Paz Errázuriz Evelyn, La Palmera, Santiago from the series La Manzana de Adán (Adam’s Apple), 1983, © Paz Errázuriz / Courtesy of the artist
The Barbican Centre presents Another Kind Of Life: Photography on the Margins, a selection of photographs touching on themes of gender, sexuality, subcultures and counterculture.
As Jane Alison, Head of the Visual Art Department, pointed out ‘ As one of the flagship projects of the Barbican’s 2018 season The Art of Change, Another Kind of Life could not be more timely or relevant. A show that tells 20 stories by 20 photographers who all approach their subjects with a humanity and empathy that is both empowering and inclusive’.
The exhibition showcases the work of 20 photographers such as Diane Arbus, Casa Susanna, Philippe Chancel, Larry Clark, Bruce Davidson, Mary Ellen Mark, Paz Errázuriz, Jim Goldberg, Katy Grannan, Pieter Hugo, Seiji Kurata, Danny Lyon, Teresa Margolles, Boris Mikhailov, Daido Moriyama, Igor Palmin, Walter Pfeiffer, Dayanita Singh Alec Soth and Chris Steele-Perkins.
Paz Errázuriz Evelyn, Santiago from the series La Manzana de Adán (Adam’s Apple), 1983, © Paz Errázuriz / Courtesy of the artist
First of all, I would like to focus my attention on the work of Chilean photographer Paz Errázuriz. Her series La Manzana de Adán (Adam’s Apple) documents the reality of transgender sex-working community during the military dictatorship of Gen. Augusto Pinochet (1982-1987).
The series narrates the story of two brothers Pilar and Evelyn and their mother Mercedes: the photographs both in colour and black and white depicts their daily lives with a touching sense of intimacy and strength.
‘Photography let me participate in my own way in the resistance waged by those of us who remained in Chile. It was our means of showing that we were there and fighting back.’, she recalled.
While she was working on the project, Paz faced a backlash from militar authorities. Despite this obstacle, she was able to finish because of the Salomon R. Guggenheim bursary, which she was awarded.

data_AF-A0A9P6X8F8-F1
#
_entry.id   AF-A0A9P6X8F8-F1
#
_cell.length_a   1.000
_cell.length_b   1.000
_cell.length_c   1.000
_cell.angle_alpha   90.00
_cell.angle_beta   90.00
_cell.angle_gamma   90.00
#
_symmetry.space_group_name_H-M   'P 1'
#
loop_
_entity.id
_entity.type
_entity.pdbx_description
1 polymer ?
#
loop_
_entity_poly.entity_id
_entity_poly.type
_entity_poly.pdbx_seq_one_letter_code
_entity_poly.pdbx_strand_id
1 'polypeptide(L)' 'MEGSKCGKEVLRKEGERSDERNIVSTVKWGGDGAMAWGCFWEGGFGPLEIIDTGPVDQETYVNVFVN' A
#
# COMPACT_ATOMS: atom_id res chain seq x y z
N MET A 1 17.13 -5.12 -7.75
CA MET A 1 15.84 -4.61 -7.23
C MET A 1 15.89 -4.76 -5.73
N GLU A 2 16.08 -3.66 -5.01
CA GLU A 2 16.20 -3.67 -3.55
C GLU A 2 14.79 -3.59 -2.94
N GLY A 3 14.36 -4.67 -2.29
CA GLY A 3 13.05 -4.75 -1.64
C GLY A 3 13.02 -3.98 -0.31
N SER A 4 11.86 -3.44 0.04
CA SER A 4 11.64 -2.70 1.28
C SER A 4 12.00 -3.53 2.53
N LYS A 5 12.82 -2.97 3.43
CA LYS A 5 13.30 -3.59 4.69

In 1990 when the regime was subverted and democracy reestablished, Paz could publish her photographs with a text of Claudia Doniso for the book La Manzana de Adán.
In my opinion, these photos enable the audience to think about queer past: we should remember that in these years transgender people were considered outlaws and then subjected to curfews, persecutions and police brutality.
The immediacy of the project lies in the fact that Claudia and Paz have been insiders and not external spectators, having lived in a brothel with the family for a short amount of time (‘I guess my point of view has been an anthropological one. I do not comment on their lives, I wanted to be more of an accomplice than a foreigner or an outsider.’).
Next up, Japanese photographer Seiji Kurata’s series of black and white photographs entitled Flash Up depicts the dark and dangerous yakuza culture (gang culture) in Ikebukuro and Shinjuku districts of Tokyo.
He started his career by doing workshops with illustrious masters such as Daidō Moriyama and Araki Nobuyoshi. He embarks on the journey of capturing the illegal underworld of Tokyo, awash with transgender sex-workers, threatening Bosozoku street fighters, greedy and horny businessmen and car crash victims.
To me, the gritty and bold photography of Kurata retains a documentary and journalistic flair without losing for that intimacy and clarity.
Casa Susanna Collection Attributed to Andrea Susan. [Susanna at Casa Susanna], 1964-1969 © Art Gallery of Ontario. Courtesy of Robert Swope and Michel Hurst.